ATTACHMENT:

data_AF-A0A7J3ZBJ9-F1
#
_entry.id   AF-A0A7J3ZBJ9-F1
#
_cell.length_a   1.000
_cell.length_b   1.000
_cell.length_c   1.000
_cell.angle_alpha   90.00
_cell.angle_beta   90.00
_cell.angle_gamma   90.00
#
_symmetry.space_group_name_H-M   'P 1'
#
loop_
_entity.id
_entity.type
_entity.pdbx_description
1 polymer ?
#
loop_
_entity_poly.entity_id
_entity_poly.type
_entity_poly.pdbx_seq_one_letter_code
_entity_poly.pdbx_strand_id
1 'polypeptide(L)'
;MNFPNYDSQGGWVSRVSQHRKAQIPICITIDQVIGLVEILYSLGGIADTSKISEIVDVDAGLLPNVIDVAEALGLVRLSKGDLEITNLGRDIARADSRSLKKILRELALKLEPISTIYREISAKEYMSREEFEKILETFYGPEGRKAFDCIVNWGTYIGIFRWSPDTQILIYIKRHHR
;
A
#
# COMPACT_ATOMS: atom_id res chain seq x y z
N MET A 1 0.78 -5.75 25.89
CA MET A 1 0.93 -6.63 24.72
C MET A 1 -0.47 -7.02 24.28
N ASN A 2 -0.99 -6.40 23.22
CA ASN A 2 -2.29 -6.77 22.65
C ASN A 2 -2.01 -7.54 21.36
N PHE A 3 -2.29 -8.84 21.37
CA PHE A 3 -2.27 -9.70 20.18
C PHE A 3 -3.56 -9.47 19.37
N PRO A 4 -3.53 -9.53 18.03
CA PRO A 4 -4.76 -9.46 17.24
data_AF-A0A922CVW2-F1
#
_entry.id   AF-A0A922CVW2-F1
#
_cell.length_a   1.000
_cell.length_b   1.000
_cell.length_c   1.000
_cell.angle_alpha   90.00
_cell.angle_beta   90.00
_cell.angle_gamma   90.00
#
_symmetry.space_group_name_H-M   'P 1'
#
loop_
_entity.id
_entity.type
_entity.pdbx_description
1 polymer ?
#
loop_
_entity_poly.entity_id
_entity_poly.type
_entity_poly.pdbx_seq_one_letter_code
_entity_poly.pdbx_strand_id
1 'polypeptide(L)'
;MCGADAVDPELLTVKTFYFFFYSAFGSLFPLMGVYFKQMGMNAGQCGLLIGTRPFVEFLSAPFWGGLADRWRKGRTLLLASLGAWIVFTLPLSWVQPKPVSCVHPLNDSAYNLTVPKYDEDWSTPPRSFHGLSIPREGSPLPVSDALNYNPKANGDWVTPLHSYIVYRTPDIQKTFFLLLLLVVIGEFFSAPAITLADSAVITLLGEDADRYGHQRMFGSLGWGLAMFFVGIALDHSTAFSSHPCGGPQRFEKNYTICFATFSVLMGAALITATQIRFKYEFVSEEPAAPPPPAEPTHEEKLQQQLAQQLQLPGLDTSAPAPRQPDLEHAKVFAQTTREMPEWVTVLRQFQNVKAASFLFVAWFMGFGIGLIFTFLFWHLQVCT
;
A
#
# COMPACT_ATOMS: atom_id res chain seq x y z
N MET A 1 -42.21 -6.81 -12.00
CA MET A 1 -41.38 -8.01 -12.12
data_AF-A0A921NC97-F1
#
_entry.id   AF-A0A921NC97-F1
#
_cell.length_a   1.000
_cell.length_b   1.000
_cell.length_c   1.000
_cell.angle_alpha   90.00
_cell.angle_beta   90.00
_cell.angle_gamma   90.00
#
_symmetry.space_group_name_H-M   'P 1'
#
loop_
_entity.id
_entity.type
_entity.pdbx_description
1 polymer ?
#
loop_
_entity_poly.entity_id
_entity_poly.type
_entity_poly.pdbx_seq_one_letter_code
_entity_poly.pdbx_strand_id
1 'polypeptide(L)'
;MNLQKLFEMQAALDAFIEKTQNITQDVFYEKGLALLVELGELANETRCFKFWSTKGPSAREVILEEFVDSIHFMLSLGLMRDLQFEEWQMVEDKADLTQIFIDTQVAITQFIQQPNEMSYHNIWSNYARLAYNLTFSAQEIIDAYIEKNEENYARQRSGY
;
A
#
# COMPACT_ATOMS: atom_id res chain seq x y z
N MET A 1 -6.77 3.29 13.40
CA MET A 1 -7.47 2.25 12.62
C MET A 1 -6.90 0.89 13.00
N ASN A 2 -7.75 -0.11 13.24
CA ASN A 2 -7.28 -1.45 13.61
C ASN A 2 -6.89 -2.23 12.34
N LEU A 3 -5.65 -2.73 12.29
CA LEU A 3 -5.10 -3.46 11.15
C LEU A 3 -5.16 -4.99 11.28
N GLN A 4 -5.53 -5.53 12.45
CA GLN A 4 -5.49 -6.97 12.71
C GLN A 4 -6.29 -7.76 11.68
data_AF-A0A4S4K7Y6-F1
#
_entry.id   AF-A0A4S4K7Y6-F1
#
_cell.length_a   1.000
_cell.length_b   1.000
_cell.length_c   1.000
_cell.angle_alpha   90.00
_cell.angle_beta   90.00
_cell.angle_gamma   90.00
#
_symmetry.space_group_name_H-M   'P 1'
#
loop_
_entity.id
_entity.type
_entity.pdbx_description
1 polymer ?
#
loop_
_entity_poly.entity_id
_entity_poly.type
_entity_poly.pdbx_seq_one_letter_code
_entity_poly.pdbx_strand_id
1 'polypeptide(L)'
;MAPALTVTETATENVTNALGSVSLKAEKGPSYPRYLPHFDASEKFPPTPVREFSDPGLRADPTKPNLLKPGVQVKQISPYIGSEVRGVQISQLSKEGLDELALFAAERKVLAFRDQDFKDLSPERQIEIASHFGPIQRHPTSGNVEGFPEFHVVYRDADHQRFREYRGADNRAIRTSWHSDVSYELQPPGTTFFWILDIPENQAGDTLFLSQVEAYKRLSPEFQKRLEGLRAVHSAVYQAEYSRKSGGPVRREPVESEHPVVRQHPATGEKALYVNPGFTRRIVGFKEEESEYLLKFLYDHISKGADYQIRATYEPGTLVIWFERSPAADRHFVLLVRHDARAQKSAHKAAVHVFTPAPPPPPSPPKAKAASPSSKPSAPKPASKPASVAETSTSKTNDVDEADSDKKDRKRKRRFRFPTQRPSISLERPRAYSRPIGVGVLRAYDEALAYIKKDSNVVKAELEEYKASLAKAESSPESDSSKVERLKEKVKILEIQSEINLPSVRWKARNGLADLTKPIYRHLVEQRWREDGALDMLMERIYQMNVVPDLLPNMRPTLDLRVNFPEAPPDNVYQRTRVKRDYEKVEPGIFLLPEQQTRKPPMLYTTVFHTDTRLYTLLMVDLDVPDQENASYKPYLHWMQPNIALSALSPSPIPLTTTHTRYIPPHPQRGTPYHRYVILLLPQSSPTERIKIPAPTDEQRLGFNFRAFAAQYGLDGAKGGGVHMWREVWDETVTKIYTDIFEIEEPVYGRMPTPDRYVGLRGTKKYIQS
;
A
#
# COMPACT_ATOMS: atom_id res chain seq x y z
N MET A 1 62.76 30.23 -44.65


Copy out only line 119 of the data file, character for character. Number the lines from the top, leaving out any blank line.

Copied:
#